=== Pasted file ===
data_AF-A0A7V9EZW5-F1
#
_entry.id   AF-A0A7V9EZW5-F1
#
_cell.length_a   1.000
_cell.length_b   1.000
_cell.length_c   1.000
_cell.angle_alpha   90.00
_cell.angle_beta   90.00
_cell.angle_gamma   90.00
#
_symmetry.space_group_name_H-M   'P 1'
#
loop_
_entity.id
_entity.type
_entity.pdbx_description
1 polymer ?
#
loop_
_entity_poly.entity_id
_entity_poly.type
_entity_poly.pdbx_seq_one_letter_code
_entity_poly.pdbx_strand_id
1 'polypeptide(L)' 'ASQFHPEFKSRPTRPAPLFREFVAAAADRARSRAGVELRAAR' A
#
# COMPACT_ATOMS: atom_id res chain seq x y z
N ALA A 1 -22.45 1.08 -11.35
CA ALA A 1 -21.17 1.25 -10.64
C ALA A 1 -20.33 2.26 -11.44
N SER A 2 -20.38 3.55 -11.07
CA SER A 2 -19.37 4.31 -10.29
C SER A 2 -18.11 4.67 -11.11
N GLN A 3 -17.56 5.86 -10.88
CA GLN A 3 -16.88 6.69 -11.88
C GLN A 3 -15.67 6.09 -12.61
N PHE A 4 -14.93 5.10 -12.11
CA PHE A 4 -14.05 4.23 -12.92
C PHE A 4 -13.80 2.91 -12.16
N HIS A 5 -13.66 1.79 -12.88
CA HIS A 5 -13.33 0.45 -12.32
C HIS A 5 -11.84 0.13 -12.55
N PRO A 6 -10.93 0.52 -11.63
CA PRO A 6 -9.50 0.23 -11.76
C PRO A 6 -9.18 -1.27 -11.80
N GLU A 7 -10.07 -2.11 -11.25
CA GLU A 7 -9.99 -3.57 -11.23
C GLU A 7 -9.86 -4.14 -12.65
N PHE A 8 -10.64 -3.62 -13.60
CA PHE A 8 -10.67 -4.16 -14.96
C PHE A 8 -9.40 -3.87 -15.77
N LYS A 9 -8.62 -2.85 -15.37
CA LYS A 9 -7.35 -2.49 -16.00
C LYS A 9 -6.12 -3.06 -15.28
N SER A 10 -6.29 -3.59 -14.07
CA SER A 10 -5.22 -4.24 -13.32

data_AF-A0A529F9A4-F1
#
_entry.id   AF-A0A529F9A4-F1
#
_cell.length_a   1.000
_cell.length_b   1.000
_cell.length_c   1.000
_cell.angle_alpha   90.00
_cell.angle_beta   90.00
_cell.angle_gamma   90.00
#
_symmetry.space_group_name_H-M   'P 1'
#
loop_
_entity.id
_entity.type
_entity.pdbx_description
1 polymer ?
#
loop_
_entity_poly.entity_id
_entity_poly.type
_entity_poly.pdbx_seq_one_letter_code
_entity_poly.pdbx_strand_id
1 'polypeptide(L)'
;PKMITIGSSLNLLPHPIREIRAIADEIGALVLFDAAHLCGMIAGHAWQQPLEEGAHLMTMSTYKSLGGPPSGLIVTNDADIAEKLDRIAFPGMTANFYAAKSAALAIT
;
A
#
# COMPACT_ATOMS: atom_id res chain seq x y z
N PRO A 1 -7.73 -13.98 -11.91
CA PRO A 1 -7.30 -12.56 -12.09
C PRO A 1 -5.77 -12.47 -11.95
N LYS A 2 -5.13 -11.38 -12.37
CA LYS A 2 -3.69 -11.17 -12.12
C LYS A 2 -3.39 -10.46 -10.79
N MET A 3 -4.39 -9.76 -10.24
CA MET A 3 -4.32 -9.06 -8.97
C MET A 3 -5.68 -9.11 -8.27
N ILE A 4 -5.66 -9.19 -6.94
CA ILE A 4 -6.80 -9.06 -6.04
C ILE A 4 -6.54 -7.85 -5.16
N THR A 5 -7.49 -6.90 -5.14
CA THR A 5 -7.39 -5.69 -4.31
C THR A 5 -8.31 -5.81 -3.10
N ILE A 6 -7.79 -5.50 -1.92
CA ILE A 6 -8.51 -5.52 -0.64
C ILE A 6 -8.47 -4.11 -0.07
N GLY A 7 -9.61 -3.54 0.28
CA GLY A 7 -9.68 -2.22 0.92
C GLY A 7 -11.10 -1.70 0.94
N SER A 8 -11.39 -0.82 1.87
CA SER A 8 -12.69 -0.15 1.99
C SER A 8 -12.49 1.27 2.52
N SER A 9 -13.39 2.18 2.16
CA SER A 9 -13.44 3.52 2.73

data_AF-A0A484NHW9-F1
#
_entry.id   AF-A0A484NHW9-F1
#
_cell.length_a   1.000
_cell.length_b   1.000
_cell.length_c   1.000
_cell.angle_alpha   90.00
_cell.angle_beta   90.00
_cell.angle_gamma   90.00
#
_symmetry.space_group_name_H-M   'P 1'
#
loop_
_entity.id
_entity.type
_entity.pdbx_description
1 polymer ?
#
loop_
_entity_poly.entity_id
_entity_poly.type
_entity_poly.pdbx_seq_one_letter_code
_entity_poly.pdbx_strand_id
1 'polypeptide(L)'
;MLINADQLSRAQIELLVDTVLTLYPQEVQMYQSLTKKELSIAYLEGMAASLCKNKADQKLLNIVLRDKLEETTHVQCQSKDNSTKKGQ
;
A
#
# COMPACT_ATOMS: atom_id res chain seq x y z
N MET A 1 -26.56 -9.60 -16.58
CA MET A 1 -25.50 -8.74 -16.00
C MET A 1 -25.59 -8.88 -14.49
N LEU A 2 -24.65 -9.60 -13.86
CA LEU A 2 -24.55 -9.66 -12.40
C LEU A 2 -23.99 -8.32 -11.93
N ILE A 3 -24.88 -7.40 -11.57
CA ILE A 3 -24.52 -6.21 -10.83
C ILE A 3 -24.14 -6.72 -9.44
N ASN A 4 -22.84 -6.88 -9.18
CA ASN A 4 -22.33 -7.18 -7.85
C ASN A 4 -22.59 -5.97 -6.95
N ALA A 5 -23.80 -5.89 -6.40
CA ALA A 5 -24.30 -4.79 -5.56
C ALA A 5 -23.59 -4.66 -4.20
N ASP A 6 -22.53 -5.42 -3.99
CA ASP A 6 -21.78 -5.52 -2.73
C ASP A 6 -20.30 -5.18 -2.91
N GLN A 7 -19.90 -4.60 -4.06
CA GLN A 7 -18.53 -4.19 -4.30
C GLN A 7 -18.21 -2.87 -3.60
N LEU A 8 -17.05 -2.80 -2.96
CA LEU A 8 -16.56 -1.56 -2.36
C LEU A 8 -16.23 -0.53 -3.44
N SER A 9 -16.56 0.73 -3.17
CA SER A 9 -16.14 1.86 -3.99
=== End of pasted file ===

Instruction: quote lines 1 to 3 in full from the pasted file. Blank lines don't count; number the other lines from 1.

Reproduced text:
data_AF-A0A7V9EZW5-F1
#
_entry.id   AF-A0A7V9EZW5-F1